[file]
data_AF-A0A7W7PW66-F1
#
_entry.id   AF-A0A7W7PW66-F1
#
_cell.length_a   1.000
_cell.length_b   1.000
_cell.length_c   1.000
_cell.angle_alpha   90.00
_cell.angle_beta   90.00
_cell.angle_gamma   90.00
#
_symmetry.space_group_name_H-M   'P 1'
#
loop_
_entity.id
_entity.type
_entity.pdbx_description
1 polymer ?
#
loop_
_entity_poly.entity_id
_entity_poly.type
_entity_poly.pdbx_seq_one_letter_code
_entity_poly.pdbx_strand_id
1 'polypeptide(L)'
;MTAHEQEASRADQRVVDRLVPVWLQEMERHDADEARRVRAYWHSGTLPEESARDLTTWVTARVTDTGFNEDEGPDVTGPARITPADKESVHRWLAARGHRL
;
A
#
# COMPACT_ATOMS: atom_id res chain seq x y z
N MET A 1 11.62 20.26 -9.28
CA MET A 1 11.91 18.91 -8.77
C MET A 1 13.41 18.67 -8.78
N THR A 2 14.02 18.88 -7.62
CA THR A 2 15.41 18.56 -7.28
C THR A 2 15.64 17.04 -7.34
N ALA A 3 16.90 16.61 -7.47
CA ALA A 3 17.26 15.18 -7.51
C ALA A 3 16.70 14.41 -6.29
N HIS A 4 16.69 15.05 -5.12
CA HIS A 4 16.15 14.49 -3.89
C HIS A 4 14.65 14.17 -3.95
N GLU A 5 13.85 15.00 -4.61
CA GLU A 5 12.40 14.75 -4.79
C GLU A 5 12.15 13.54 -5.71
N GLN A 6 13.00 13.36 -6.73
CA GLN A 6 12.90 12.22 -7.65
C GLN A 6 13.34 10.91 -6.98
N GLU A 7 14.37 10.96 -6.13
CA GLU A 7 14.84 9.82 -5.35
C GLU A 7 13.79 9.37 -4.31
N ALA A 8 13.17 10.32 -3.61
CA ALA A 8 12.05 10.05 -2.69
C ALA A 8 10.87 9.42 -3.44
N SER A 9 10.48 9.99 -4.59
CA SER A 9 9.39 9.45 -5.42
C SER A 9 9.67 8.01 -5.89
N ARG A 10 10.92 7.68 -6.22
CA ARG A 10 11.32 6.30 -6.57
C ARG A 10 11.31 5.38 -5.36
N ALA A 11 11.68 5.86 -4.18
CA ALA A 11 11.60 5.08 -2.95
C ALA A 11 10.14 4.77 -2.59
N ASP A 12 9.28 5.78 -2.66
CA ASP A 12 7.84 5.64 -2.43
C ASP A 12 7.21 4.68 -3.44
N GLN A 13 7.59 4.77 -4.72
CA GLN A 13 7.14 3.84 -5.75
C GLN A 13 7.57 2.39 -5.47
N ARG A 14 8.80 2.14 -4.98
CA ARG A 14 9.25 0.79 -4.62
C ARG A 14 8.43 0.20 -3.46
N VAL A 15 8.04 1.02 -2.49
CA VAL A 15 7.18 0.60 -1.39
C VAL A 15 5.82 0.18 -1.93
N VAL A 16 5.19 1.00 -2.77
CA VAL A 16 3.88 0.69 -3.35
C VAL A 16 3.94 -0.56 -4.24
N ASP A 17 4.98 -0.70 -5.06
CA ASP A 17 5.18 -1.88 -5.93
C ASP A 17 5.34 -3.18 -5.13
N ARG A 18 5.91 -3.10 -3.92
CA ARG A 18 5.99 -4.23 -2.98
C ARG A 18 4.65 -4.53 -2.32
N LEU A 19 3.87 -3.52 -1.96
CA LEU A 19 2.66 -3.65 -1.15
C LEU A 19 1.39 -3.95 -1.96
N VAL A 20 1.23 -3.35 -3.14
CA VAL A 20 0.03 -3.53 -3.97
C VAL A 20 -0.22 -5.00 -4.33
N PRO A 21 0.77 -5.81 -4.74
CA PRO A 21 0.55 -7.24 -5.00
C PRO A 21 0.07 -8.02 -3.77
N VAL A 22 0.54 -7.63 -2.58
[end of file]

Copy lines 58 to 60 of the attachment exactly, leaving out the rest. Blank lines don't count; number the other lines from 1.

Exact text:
N ARG A 10 10.92 7.68 -6.22
CA ARG A 10 11.32 6.30 -6.57
C ARG A 10 11.31 5.38 -5.36